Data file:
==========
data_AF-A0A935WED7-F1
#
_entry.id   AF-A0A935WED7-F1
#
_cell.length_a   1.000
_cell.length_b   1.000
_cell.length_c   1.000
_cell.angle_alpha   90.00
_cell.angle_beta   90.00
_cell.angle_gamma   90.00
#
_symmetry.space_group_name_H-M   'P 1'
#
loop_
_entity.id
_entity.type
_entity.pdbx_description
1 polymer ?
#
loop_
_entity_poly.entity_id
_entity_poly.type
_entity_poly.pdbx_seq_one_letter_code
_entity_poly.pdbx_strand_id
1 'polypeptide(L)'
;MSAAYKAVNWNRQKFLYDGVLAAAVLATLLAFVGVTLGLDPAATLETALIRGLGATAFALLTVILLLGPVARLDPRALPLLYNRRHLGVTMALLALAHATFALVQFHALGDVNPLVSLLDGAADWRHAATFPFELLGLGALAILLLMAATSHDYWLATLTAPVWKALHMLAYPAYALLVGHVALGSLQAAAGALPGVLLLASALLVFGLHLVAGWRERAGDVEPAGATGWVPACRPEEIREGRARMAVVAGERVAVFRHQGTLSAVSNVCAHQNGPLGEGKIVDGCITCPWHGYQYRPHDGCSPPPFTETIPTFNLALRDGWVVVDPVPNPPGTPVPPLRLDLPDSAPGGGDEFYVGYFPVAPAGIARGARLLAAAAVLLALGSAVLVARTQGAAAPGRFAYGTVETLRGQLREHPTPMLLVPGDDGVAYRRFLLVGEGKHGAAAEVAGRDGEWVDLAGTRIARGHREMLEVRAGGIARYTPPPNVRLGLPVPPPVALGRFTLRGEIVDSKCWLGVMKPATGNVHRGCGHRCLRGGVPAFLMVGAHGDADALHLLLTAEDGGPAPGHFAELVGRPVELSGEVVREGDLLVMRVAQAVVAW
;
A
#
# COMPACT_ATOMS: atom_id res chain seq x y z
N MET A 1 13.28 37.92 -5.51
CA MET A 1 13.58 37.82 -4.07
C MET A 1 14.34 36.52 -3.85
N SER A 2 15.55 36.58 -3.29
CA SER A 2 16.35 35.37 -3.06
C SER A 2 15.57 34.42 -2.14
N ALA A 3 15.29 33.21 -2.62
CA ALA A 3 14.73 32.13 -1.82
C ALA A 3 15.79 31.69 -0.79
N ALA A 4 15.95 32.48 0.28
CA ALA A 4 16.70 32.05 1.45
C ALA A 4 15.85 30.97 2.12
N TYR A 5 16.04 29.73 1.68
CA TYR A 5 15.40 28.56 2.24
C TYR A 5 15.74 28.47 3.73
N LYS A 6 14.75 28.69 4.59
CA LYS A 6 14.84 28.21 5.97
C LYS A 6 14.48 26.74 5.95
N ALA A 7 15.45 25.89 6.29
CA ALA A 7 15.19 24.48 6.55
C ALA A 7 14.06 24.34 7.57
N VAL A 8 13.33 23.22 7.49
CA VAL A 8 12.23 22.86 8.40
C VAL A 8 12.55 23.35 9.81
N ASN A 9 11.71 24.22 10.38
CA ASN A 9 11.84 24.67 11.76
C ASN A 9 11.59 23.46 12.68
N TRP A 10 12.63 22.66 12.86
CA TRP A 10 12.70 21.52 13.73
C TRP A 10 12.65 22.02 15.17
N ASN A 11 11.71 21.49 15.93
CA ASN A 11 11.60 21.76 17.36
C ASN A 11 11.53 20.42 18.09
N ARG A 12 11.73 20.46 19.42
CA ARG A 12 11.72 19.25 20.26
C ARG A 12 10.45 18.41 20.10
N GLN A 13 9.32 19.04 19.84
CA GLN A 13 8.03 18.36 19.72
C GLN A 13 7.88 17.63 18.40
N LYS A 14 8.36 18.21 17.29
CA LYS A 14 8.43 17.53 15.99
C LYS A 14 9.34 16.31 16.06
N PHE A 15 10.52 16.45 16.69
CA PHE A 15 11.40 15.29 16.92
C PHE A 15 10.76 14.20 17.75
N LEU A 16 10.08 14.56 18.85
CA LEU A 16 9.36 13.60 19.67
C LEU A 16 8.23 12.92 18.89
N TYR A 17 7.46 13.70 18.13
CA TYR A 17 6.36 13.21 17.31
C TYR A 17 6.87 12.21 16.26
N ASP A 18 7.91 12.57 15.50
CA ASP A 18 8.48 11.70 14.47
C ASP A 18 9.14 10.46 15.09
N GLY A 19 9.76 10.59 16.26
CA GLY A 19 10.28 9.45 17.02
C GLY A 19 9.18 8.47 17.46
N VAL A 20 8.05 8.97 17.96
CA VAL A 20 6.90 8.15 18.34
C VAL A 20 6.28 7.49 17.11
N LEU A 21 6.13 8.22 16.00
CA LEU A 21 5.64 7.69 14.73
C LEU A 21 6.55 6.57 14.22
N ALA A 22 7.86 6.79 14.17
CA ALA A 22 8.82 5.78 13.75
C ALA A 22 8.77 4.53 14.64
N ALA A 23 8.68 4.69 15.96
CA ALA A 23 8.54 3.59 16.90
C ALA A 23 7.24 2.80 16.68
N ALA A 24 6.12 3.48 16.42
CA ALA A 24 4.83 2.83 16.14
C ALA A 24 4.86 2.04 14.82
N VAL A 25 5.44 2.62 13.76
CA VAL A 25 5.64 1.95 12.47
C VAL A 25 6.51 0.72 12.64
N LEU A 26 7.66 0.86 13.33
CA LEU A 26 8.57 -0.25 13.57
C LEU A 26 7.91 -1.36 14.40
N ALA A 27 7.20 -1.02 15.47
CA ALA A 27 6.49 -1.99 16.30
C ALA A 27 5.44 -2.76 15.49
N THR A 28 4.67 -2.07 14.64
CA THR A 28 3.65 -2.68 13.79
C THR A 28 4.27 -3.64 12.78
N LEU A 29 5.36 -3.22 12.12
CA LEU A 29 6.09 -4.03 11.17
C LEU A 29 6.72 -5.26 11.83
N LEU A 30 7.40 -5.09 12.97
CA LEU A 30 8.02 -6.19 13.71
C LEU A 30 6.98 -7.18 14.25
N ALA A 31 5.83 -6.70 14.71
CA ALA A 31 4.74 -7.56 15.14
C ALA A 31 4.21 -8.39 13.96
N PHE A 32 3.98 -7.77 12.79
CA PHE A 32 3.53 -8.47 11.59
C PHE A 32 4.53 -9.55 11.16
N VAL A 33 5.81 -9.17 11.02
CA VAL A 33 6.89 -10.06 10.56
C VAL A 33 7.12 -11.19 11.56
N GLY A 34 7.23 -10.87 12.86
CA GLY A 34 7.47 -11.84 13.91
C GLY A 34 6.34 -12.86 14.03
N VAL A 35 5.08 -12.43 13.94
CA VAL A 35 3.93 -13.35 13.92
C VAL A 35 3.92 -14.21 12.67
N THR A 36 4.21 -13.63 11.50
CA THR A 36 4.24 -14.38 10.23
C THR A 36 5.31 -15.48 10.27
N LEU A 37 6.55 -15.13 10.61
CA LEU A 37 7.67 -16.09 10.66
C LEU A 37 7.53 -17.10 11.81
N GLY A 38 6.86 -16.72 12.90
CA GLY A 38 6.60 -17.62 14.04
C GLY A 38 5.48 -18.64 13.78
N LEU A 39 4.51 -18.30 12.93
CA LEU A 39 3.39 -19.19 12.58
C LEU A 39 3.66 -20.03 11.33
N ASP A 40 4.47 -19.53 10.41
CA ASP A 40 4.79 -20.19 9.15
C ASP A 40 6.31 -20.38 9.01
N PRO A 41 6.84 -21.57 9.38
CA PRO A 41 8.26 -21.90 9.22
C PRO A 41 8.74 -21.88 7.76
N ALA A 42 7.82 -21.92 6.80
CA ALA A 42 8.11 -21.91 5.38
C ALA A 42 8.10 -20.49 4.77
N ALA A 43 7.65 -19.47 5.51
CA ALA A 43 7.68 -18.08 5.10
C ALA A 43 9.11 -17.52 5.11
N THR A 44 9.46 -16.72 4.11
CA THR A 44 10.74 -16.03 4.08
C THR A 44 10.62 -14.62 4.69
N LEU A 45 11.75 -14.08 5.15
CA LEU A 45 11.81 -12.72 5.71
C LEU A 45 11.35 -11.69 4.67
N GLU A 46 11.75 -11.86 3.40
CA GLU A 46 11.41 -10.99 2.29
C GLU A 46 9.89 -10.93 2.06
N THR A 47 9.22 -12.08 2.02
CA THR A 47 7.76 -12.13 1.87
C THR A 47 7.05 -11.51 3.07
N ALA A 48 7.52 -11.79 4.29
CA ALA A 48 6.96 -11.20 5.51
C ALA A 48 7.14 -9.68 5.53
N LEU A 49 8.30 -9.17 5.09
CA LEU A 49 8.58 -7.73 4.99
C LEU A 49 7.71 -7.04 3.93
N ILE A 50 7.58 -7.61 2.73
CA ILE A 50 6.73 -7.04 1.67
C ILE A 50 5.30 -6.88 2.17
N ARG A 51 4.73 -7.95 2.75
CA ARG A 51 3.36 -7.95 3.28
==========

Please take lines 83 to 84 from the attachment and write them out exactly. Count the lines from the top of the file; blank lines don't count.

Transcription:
CA ASP A 18 8.48 11.70 14.47
C ASP A 18 9.14 10.46 15.09